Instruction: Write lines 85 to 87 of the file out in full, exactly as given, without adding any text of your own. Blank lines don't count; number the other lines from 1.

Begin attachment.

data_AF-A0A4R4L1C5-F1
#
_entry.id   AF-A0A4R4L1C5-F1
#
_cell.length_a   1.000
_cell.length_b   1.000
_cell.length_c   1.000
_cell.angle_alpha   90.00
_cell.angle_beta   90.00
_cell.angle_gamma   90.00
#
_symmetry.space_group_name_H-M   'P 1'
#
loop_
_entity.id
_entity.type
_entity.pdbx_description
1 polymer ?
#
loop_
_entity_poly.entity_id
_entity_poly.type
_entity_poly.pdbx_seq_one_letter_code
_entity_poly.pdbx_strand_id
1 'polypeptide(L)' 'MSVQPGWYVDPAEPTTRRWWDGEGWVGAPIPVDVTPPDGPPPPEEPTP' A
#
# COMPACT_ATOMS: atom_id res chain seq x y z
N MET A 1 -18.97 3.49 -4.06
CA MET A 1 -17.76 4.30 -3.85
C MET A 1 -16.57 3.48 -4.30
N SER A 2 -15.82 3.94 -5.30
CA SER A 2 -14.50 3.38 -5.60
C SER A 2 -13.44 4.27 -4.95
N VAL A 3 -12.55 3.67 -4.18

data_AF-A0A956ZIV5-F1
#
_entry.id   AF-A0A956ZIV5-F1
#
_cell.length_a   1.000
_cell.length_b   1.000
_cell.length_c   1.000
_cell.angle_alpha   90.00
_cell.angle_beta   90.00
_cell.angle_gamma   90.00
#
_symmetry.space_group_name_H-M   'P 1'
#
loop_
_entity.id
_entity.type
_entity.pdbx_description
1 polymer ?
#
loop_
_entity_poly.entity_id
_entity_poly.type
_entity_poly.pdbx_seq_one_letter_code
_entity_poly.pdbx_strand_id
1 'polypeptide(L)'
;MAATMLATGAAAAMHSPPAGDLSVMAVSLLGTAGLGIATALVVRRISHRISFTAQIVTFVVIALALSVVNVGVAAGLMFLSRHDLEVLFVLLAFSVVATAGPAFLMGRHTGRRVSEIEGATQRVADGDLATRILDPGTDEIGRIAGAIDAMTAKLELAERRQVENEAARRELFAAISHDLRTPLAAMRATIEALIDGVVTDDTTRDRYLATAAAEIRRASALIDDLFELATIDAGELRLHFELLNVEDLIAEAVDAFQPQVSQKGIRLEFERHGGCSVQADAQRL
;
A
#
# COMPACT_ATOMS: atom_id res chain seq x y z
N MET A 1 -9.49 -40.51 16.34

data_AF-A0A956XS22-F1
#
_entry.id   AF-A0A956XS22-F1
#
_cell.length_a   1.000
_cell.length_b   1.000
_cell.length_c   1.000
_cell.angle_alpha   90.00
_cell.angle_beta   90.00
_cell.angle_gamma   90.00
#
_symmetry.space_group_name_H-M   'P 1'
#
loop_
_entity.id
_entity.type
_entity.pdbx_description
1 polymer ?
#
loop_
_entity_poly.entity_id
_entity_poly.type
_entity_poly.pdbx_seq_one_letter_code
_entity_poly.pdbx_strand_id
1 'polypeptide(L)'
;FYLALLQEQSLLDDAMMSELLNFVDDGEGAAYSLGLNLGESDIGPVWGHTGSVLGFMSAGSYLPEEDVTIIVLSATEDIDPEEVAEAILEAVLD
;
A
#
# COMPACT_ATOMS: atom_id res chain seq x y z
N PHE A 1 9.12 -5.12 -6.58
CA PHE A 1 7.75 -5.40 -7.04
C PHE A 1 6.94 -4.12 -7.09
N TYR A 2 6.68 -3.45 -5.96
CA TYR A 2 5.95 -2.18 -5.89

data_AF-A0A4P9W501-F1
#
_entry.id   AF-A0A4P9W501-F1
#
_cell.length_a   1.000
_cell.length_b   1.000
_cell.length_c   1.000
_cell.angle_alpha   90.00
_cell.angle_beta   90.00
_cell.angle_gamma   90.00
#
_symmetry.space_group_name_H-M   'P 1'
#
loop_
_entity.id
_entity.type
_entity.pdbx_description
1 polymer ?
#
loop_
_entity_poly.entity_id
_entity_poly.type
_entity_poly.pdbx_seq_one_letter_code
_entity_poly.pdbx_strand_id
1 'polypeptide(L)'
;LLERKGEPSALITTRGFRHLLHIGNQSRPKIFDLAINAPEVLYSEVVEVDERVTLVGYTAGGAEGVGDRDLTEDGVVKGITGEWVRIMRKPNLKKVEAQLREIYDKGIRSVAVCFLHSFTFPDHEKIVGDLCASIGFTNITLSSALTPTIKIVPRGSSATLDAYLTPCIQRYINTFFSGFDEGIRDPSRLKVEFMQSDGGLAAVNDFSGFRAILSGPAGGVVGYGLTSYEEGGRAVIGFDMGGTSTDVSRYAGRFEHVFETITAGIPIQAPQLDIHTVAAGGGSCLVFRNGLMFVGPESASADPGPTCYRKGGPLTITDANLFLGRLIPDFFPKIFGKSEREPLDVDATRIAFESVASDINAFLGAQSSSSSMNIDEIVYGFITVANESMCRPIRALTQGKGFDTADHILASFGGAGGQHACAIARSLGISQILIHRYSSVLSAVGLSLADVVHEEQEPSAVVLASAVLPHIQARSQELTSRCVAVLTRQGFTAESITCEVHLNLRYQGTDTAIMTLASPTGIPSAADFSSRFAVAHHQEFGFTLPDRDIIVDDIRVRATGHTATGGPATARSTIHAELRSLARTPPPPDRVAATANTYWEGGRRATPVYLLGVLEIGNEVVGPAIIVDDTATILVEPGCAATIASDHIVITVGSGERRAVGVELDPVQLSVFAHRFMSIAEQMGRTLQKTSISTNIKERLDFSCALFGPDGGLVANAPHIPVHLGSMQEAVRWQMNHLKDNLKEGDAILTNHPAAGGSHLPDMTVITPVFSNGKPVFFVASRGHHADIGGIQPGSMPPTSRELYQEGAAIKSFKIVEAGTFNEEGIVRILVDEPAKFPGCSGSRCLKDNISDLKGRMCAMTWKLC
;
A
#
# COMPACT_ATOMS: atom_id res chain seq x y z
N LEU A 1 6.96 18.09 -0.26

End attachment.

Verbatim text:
loop_
_entity_poly.entity_id
_entity_poly.type